Two dice are rolled.

Event A is all combinations for which the sum is greater than 9.

Event B is all combinations for which at least a face is 6. What are P(A|B) and P(B|A)?

Maybe you will find it very easy, but I couldn't come up with an answer based on using Bayes' theorem and not just writing down the possibilities.

  • $\begingroup$ What does "at least a face is B" mean? $\endgroup$
    – Peter Flom
    Jun 22, 2013 at 19:30
  • $\begingroup$ Sorry, I meant 6. I've updated the question $\endgroup$
    – Ryan
    Jun 22, 2013 at 19:40

4 Answers 4


To extend Peter Flom's counting answer, assume we know (by counting or some other source), the following things:

  • $P(A) = \frac{1}{6}$,
  • $P(B) = \frac{11}{36}$, and
  • $P(A|B) = \frac{5}{11}$.

Bayes' theorem lets us calculate P(B|A) from those values in a fairly straightforward way. Namely, it says that: $$P(B|A) = \frac{P(A|B) \cdot P(B)}{P(A)}$$ so, you'd plug in those values and get $$P(B|A) = \frac{\frac{5}{11} \cdot \frac{11}{36}}{\frac{1}{6}}= \frac{5}{6}$$ This matches what you'd get by counting (see Peter Flom's answer for the enumeration). If you knew $P(B|A)$ instead, you could use a similar procedure to calculate $P(A|B)$, but you still need to do some counting to find $P(A)$, $P(B)$ and one of $P(A|B)$ or $P(B|A)$.

Your example is a good homework exercise, but we often find ourselves in a situation where $P(B|A)$ would be useful to know, but incredibly difficult to calculate, while $P(A|B)$ is less useful but easier to estimate. Bayes' rule lets convert the former situations into the latter. For example, we'd very much like to know P(email is spam | its contents), which is hard to recover directly. However, given a lot of labelled emails, we can easily estimate P(email contains a certain word | the source email is spam), just by counting how often a word occurs in spam and non-spam emails and the overall rate of spam.


Based on the enumeration {(1,6),(2,6),(3,6),(4,6),(5,6),(6,1),(6,2),(6,3),(6,4),(6,5),(6,6)}, isn't P(B) = 11/36?

Alternatively, take the number of ways a single die will NOT show a 6 when rolled (five) and multiply this by the number of ways the second die will NOT show a 6 when rolled (five). Subtract the product from the total number of ways two dice can appear (36) and you get 11.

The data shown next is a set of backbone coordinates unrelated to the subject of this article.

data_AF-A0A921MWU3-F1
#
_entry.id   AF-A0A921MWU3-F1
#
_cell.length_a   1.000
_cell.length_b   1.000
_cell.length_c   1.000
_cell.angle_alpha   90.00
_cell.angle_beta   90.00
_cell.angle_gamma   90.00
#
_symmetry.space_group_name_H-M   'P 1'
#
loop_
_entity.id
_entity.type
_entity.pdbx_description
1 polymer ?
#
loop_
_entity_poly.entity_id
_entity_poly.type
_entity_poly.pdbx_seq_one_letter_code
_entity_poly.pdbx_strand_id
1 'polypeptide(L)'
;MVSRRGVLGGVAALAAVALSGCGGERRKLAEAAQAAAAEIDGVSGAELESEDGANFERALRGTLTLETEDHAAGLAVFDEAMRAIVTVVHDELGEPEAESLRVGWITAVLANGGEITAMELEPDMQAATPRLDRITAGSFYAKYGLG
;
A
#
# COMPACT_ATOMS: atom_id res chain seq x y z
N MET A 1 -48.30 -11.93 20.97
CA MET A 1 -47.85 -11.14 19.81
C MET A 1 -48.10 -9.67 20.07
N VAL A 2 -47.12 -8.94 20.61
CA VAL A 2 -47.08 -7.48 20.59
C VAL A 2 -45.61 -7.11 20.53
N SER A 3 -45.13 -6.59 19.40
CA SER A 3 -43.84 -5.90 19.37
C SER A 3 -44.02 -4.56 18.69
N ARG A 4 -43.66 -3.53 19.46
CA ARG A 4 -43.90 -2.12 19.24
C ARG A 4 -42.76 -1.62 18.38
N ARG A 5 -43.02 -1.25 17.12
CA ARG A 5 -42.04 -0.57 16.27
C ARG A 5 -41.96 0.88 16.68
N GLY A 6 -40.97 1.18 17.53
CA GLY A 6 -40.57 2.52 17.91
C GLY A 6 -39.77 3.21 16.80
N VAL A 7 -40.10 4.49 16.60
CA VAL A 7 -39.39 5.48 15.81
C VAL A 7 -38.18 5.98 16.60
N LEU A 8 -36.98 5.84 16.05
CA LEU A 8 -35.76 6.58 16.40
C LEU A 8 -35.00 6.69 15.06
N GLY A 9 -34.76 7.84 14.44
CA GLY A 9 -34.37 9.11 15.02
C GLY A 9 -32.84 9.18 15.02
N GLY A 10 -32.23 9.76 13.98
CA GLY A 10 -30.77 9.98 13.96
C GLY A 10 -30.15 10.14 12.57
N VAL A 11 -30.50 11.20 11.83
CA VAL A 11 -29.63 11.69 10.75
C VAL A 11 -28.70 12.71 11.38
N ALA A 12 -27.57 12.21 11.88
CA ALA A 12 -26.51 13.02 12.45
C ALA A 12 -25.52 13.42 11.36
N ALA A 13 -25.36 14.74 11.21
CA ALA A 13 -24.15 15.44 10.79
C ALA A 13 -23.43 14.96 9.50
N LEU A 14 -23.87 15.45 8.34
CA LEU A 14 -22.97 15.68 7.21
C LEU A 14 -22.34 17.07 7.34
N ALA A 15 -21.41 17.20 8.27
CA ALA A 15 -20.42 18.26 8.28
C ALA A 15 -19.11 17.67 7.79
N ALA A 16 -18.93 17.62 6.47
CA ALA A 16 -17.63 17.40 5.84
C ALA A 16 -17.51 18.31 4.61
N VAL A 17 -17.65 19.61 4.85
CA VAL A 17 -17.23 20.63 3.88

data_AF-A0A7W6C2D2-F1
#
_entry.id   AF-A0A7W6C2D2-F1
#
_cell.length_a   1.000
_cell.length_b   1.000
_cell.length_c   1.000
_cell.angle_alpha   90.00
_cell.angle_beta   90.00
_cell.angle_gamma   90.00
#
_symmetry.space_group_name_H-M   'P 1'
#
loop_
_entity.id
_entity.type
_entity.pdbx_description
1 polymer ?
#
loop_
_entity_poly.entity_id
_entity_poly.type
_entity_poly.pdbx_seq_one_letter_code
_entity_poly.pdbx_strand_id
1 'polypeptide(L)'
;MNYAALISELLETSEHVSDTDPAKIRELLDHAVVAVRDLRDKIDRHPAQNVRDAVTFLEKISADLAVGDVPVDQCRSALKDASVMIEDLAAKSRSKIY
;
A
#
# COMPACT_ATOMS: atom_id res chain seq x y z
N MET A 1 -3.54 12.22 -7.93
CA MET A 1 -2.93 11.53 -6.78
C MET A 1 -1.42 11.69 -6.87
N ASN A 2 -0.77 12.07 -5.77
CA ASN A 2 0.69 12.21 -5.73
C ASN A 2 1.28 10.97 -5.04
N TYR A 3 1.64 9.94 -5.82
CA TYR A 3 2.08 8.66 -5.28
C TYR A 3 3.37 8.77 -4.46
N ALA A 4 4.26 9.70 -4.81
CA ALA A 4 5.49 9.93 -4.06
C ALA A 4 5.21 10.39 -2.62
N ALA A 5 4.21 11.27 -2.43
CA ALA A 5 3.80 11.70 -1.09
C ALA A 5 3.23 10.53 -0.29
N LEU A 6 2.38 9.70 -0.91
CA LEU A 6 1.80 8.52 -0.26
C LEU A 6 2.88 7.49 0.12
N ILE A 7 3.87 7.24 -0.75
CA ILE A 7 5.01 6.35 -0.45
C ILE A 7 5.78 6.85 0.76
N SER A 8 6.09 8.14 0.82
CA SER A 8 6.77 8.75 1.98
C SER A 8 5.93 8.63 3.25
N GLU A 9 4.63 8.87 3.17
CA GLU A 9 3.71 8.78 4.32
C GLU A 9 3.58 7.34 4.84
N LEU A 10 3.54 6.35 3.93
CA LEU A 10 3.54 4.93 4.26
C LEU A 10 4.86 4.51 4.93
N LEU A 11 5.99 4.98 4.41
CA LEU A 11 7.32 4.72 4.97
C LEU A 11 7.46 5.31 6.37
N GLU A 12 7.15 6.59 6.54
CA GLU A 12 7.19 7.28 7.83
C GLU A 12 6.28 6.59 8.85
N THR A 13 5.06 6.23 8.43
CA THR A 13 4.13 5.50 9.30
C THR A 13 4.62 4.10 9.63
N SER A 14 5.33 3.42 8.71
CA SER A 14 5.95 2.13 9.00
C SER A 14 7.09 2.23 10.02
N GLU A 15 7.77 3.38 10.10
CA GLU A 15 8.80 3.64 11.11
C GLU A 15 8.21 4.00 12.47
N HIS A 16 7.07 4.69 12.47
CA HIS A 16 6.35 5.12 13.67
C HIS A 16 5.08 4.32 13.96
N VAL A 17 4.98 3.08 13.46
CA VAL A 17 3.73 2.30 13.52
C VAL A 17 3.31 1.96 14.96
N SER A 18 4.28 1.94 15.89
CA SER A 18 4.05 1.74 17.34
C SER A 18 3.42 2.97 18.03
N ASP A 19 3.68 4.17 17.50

P(A|B) = P(A and B) / P(B) = (5/36) * (36/11) = 5/11

P(B|A) = P(A and B) / P(A) = (5/36) * (36/6) = 5/6


The other answers are not complete and/or ignoring the part of the question that says:

and not just writing down the possibilities

This may be important in the case of a large number of faces of the die $N$, in which case writing down all possibilities becomes too tedious.

A die $k$ has an outcome space $X_{k}=\{1,2,\ldots,N\}_{k}$.

Assuming fair dice in the following.

It follows, that for throwing dice 1 and 2, $P(B)=\frac{2N-1}{N^{2}}$. (It may help to imagine that the possible outcomes form a matrix: the outer product of $X_{1}$ and $X_{2}$). Substituting $N=6$ gives


We can now evaluate $P(A|B)$ without enumerating all possibilities. Because, since one die already shows $6$ and the sum $X_{1}+X_{2}>9$, it follows for the other die $X>2N-9$, or $X>3$. So:


To evaluate $P(A$), I don't see how to avoid enumerating at least some possibilities. However, in any case, the enumeration is over a finite number of possibilities, since it necessarily includes no more than $9^{2}$ possibilities, regardless of $N$. This leads to:


Substituting into Bayes formula, gives:



P(A) = P(10, 11, 12). There are 3 rolls that total 10, 2 for 11 and 1 for 1 so that's 1/6.

P(B) = 1/6 + 1/6 -1/36 = 11/36

P(A|B): rolls are (4,6), (5,6), (6,4), (6,5), (6,6); 5 rolls out of 12 = 5/11
P(B|A): rolls are (4,6), (5,6), (6,4), (6,5), (6,6): 5 rolls out of 6 = 5/6 (all but (5,5))

  • $\begingroup$ The OP wanted a solution without counting possibilities. $\endgroup$ Jan 27, 2017 at 13:19

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